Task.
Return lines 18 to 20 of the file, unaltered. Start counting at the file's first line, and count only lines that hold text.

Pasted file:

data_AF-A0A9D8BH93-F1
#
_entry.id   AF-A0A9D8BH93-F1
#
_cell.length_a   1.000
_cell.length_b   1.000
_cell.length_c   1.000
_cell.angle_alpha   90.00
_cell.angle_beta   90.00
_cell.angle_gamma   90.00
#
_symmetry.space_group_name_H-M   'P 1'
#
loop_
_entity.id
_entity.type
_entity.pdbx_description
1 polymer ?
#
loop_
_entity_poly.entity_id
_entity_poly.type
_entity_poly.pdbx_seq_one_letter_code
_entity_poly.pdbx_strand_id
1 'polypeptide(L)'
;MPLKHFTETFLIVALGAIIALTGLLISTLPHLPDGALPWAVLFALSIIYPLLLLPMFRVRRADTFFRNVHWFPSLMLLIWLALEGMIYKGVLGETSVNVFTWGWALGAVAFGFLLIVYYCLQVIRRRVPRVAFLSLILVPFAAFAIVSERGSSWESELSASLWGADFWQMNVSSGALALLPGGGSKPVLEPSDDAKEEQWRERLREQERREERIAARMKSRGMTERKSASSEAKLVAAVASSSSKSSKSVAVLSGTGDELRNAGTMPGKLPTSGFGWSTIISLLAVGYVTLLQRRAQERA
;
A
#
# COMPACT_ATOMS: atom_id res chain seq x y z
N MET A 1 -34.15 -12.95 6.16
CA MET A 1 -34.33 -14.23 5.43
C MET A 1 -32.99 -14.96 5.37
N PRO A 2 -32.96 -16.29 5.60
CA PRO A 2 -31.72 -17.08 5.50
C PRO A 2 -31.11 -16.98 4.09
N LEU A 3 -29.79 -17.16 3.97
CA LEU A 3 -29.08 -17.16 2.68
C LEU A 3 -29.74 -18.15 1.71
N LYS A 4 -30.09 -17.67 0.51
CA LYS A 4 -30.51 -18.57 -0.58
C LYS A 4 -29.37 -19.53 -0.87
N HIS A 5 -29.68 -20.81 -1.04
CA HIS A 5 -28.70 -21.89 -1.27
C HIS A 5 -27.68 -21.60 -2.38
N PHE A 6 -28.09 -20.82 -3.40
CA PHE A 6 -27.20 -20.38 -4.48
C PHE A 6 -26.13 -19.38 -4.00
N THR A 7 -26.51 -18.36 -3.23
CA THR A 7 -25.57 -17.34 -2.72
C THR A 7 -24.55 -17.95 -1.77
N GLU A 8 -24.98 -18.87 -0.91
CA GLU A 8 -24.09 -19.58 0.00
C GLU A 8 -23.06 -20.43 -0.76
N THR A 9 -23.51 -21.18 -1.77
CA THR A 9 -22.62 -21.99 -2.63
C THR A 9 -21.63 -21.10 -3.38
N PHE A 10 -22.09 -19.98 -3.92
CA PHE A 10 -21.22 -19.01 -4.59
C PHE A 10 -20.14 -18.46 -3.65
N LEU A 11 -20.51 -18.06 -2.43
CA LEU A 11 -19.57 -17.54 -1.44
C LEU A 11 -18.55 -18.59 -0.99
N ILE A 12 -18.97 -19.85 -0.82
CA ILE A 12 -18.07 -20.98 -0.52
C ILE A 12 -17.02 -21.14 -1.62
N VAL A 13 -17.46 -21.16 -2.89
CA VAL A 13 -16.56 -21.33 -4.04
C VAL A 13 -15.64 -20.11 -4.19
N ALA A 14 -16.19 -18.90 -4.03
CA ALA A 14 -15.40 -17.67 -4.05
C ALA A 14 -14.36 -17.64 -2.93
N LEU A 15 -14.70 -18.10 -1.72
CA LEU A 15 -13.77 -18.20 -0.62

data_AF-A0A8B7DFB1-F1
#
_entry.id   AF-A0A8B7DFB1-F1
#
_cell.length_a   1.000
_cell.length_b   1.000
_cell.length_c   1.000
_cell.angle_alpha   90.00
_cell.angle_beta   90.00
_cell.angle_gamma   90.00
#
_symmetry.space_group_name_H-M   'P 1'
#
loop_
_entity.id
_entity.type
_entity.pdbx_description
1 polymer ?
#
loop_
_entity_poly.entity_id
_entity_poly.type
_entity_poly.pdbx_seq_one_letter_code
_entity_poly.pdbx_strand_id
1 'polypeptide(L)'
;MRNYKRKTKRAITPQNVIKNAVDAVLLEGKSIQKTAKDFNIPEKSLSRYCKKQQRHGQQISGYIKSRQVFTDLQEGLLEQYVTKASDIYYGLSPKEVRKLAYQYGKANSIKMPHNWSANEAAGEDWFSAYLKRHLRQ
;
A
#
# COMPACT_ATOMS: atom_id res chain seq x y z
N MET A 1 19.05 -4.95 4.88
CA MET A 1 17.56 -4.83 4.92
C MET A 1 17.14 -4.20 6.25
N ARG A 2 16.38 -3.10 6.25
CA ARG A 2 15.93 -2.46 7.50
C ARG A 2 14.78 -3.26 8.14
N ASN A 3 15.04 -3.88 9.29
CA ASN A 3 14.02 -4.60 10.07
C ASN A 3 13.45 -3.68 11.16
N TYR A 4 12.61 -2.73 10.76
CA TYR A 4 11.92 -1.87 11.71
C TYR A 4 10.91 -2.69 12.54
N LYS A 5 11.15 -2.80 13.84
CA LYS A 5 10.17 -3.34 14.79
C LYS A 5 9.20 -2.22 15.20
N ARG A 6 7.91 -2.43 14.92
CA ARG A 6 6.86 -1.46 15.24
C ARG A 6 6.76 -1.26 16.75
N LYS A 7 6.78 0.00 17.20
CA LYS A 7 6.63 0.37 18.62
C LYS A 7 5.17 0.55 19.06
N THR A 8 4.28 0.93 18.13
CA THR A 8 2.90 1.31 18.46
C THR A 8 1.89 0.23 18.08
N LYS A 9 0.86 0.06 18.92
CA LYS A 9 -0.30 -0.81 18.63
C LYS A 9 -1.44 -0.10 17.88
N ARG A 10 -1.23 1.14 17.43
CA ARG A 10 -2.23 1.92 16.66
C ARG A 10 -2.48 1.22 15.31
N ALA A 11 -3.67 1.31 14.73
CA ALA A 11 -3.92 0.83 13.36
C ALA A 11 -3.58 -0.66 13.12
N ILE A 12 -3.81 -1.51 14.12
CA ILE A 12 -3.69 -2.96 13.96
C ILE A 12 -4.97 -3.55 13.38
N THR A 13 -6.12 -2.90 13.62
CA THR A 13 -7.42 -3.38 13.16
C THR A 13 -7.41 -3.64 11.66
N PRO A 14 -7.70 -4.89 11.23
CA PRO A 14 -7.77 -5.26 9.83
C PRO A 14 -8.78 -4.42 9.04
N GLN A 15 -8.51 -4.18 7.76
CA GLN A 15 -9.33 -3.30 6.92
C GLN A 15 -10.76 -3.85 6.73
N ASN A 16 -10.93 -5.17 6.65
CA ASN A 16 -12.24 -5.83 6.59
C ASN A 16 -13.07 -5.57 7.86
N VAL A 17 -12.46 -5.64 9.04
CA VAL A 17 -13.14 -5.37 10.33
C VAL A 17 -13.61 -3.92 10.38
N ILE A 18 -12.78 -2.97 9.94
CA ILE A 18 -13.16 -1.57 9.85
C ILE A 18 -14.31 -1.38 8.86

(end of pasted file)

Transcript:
1 polymer ?
#
loop_